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  • Author: Nick Bisley
  • Publication Date: 04-2012
  • Content Type: Policy Brief
  • Institution: East-West Center
  • Abstract: US Assistant Secretary of State Kurt Campbell has just completed a lightning visit to Australia for formal discussions with newly installed Foreign Minister Bob Carr. In spite of the political turmoil that brought Carr to office, the Australia-US alliance is in the best shape of its 60-year history. Having begun as a Cold War convenience, about which the United States was not enthusiastic, it has become a key part of Washington's regional role and a cornerstone not only of Australia's defense and security policy, but of its broader engagement with the world. The arrival in early April of the US Marine Corps to begin six-month training rotations in Darwin is emblematic of the alliance's standing and its evolution.
  • Topic: Security, Defense Policy, Arms Control and Proliferation, Cold War, Diplomacy, Bilateral Relations
  • Political Geography: United States, Washington, Asia, Australia/Pacific
  • Author: Iskander Rehman
  • Publication Date: 03-2011
  • Content Type: Policy Brief
  • Institution: East-West Center
  • Abstract: In March 1996, the waters of the Taiwan Strait were roiled by Chinese live missile firings and massive military exercises. Washington answered Beijing's blunt demonstration of coercive military diplomacy by promptly dispatching two aircraft carriers to the scene.
  • Topic: Conflict Resolution, Diplomacy
  • Political Geography: United States, China, Washington, Taiwan
  • Author: Ashley J. Tellis
  • Publication Date: 05-2011
  • Content Type: Policy Brief
  • Institution: Carnegie Endowment for International Peace
  • Abstract: Although meaningful cooperation in the region surrounding Afghanistan is of vital importance, it has been elusive because Afghanistan\'s key neighbors have significantly divergent aims. Engineering a successful regional solution would require the United States to fundamentally transform either these actors\' objectives or their dominant strategies. Achieving the latter may prove more feasible, most crucially vis-à-vis Pakistan. The region\'s history of discord is mainly rooted in the troubled relationship between Afghanistan and Pakistan. Although Pakistan\'s involvement in Afghanistan is colored by its rivalry with India, its relations with Afghanistan are a geopolitical challenge independent of India because of its fears of disorder along its western borders, the unwelcome idea of “Pashtunistan,” and a related long-standing border dispute. Pakistan\'s reaction to these problems has only exacerbated them. As Islamabad, by supporting the Taliban insurgency, has sought to exercise preponderant, if not overweening, influence over Kabul\'s strategic choices, it has earned Kabul\'s distrust, deepened the Kabul–New Delhi partnership, and increased the risk to its relations with Washington—not to mention threatening the lives of U.S. and other coalition forces operating in Afghanistan. Despite widespread support in Afghanistan for ending the war through a negotiated settlement if possible, the Afghan Taliban leadership is unlikely to consider reconciliation unless it is faced with the prospect of continued losses of the kind sustained as a result of coalition military operations in 2010. A regional solution is similarly unlikely as long as Afghanistan and its neighbors, including India, perceive Islamabad as bent on holding Kabul in a choking embrace. Solving these problems lies beyond the capability of American diplomacy, and right now even of the promised diplomatic surge. The best hope for progress lies in continuing military action to alter the realities on the ground— thereby inducing the Taliban to consider reconciliation, while simultaneously neutralizing the Pakistani strategy that is currently preventing a regional solution. To increase the probability of military success, however, President Obama will need to forgo the politically calculated drawdown of combat troops this summer and instead accept the advice of his field commanders to maintain the largest possible contingent necessary for the coming campaign in eastern Afghanistan. Hard and unpalatable as it might be for the president, this course alone offers a solution that will protect the recent gains in Afghanistan and advance American interests over the long term.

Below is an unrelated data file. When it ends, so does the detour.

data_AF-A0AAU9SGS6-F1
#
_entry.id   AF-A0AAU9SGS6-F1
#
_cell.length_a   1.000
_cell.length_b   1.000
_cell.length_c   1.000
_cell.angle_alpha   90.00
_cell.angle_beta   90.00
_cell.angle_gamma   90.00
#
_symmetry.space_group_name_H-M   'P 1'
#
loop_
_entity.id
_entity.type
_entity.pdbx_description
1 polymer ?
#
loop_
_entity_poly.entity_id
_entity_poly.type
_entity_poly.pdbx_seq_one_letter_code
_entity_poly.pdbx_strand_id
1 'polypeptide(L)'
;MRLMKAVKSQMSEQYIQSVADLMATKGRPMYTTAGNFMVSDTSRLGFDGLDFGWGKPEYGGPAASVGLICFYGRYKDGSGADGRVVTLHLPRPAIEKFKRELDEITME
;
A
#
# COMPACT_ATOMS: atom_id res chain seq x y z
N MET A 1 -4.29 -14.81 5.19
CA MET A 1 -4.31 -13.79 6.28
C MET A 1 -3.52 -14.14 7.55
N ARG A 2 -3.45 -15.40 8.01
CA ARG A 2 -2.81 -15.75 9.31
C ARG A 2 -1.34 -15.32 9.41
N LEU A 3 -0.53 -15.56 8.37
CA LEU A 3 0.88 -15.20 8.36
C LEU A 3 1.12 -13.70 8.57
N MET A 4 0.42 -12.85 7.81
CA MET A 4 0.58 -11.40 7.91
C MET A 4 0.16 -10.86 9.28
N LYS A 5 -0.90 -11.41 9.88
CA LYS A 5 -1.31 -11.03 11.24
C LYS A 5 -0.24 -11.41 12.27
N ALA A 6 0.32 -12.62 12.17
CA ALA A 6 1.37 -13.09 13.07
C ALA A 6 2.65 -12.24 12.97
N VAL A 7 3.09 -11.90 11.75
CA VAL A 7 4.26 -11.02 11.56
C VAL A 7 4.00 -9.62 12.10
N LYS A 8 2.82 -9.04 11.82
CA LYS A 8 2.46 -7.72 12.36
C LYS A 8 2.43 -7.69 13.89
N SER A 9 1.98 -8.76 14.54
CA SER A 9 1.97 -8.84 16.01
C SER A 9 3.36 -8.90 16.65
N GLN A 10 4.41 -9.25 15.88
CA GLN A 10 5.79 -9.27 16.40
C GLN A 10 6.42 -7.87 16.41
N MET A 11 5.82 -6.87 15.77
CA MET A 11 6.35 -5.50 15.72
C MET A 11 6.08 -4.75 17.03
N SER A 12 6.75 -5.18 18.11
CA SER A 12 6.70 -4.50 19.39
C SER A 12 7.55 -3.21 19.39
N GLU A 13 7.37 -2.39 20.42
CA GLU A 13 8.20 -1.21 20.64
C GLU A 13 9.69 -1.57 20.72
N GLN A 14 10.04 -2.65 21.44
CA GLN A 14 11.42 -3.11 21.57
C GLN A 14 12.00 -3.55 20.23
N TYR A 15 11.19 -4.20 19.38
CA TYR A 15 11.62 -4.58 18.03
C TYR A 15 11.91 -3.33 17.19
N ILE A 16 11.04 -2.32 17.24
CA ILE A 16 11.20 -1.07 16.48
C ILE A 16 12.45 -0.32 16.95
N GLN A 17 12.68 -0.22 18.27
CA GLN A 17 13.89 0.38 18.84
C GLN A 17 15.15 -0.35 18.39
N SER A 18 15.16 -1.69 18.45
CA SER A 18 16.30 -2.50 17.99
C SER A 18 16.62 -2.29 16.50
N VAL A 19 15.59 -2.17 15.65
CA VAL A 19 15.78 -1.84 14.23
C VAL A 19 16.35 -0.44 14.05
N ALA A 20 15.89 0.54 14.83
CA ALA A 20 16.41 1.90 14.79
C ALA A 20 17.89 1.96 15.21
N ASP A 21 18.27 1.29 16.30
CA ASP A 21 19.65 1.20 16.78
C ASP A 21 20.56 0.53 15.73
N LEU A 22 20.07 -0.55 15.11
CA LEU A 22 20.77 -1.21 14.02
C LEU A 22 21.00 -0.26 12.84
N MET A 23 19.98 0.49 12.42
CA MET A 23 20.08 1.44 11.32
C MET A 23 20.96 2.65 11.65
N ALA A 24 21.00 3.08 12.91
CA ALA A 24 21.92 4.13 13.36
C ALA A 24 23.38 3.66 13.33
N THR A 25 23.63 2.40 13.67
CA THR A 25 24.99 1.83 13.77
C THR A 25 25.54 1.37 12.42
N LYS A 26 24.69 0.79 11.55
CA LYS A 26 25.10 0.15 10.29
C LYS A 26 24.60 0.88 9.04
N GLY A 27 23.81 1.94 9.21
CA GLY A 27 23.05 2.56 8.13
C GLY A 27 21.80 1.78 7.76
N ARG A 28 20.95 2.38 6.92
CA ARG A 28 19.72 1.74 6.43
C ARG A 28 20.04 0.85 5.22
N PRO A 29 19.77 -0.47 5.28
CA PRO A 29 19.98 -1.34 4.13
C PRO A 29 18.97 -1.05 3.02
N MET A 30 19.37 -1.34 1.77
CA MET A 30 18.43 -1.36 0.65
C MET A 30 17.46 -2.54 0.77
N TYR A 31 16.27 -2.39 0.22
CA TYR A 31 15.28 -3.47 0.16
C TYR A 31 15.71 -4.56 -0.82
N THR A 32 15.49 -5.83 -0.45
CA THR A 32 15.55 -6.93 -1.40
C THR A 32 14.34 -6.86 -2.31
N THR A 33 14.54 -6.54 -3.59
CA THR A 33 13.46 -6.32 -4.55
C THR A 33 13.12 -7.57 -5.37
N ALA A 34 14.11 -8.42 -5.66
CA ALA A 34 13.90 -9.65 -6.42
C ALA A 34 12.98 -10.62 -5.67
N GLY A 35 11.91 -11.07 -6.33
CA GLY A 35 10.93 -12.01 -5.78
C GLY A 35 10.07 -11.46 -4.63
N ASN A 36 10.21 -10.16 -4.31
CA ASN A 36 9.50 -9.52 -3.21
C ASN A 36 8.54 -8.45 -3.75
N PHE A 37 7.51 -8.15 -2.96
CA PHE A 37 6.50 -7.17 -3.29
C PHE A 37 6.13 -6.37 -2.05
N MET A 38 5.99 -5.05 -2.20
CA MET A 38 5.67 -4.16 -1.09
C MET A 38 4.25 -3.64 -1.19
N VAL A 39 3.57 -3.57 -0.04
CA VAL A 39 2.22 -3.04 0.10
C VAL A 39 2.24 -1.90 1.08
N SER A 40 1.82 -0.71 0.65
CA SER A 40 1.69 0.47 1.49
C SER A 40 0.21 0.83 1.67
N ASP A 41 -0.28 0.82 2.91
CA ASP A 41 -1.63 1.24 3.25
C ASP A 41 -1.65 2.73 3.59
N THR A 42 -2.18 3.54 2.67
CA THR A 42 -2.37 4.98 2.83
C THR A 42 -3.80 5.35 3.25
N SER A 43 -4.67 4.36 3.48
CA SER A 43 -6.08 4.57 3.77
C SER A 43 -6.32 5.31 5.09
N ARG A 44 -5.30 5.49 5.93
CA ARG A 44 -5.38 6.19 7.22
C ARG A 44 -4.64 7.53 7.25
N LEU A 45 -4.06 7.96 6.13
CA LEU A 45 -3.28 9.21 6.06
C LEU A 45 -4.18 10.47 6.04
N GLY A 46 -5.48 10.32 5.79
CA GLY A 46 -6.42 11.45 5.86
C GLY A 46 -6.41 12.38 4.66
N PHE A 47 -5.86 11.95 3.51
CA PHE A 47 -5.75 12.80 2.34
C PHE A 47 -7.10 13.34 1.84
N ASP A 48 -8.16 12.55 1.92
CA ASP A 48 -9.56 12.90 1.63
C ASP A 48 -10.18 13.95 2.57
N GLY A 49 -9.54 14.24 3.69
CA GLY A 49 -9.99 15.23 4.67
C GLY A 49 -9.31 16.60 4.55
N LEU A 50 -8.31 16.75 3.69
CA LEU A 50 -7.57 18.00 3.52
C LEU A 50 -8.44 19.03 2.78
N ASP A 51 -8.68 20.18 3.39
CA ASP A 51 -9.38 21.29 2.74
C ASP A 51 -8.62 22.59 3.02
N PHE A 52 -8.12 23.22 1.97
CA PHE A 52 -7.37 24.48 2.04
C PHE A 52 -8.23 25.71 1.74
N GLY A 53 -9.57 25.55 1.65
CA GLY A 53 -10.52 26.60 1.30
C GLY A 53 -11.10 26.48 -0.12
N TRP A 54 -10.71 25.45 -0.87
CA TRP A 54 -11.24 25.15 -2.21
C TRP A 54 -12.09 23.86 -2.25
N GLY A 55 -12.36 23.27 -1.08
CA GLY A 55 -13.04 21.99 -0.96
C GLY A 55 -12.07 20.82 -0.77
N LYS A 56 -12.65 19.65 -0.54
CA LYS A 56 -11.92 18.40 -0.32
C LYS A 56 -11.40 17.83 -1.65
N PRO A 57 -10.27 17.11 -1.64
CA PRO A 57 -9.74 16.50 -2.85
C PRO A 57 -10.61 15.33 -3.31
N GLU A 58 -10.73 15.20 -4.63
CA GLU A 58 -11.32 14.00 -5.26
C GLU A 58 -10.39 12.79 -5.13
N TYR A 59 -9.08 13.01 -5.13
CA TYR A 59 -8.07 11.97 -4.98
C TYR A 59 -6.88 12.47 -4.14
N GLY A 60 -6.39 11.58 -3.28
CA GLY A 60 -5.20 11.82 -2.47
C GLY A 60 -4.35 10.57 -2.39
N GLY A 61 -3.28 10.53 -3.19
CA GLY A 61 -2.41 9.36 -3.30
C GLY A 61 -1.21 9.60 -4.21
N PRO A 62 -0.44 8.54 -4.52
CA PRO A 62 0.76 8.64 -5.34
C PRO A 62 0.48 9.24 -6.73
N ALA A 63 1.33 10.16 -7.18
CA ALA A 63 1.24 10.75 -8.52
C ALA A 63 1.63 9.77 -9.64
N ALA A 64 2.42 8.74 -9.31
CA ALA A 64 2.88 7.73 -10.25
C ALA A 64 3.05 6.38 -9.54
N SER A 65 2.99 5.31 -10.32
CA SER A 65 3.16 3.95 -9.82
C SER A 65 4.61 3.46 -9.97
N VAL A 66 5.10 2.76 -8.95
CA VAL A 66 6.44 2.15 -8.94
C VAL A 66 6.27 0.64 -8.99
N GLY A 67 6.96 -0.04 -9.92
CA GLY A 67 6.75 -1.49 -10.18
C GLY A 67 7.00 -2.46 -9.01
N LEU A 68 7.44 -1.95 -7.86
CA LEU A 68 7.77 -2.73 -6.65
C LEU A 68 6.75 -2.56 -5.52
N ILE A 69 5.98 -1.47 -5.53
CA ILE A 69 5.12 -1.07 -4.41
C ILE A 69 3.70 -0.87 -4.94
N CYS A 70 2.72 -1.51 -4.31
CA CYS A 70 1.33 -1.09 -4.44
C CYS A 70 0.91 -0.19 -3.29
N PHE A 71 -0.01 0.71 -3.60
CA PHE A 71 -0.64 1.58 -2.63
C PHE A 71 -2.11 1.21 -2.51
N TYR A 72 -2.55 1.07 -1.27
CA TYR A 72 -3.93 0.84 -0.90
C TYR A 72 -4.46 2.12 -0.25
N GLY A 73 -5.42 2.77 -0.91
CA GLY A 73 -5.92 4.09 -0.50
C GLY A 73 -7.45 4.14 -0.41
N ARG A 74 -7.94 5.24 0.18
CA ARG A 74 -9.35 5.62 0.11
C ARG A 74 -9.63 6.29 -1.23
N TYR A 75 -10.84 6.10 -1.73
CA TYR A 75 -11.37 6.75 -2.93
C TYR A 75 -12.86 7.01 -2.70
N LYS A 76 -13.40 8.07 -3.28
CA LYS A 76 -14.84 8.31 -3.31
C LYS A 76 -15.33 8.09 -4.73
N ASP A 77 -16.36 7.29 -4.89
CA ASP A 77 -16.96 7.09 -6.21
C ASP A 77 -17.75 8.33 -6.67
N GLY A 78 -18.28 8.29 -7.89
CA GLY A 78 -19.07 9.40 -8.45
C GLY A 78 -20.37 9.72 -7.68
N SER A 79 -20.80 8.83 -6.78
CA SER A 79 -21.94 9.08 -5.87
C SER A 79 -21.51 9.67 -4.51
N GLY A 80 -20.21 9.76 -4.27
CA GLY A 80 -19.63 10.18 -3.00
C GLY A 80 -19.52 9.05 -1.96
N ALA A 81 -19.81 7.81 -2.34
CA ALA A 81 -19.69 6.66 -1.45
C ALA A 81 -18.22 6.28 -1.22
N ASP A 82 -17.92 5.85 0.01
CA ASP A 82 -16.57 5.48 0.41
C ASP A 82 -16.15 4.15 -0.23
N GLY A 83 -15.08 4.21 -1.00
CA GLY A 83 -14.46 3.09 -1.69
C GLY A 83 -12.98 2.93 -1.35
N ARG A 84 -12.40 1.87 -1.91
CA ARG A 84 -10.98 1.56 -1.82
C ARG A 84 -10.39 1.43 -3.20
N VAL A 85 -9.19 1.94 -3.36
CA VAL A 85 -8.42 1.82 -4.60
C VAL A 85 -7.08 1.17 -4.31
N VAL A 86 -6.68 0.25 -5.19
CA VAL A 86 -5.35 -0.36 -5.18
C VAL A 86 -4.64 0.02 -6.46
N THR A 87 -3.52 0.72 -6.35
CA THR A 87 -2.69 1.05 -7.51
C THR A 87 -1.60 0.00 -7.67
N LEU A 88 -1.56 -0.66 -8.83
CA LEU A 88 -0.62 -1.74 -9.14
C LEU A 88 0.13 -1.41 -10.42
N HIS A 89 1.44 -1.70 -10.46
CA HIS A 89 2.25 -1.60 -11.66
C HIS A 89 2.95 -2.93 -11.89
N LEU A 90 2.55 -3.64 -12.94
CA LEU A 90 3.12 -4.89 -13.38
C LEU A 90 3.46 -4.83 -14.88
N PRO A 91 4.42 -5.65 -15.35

• Topic: Conflict Resolution, Diplomacy, Peace Studies, Treaties and Agreements, War, Insurgency
  • Political Geography: Afghanistan, United States, America, Washington
  • Author: Michael Singh
  • Publication Date: 09-2009
  • Content Type: Policy Brief
  • Institution: The Washington Institute for Near East Policy
  • Abstract: With Iran's September 14 acceptance of a meeting with the P5+1 countries on October 1, the Obama administration finally appears poised to engage in direct talks with Iran. In entering these talks, Washington faces two obstacles: first, Iran's reputation for recalcitrance in negotiations and its stated refusal to discuss the nuclear issue, upon which American concerns center; and second, the perception that the administration is lending legitimacy to a regime fresh from violent repression of its political opponents.
  • Topic: International Relations, Diplomacy, Nuclear Weapons
  • Political Geography: United States, Iran, Washington, Middle East
  • Author: David Schenker
  • Publication Date: 12-2009
  • Content Type: Policy Brief
  • Institution: The Washington Institute for Near East Policy
  • Abstract: On December 14, Lebanese president Michel Sulaiman is scheduled to meet with President Barack Obama at the White House. It is widely anticipated that during his visit, Sulaiman will request administration support for an increase in U.S. military assistance. Despite concerns that U.S. materiel will leak to Hizballah, Washington will likely agree to augment this funding, given the Lebanese Armed Force's excellent security record with equipment of U.S. origin. The question of U.S. military funding for Lebanon highlights recent developments in Lebanese politics that point to the resurgence of Hizballah -- and its Syrian and Iranian backers -- in Beirut. Although the pro-West March 14 coalition scored an impressive electoral victory in June, six months later, the government that has emerged constitutes a setback for Washington and its Lebanese allies. The scope of the setback -- for both the coalition and the United States -- was recently summarized by Syrian Ambassador to the United States Imad Mustafa, who said, "We love it!... It is exactly the sort of government we think should rule Lebanon."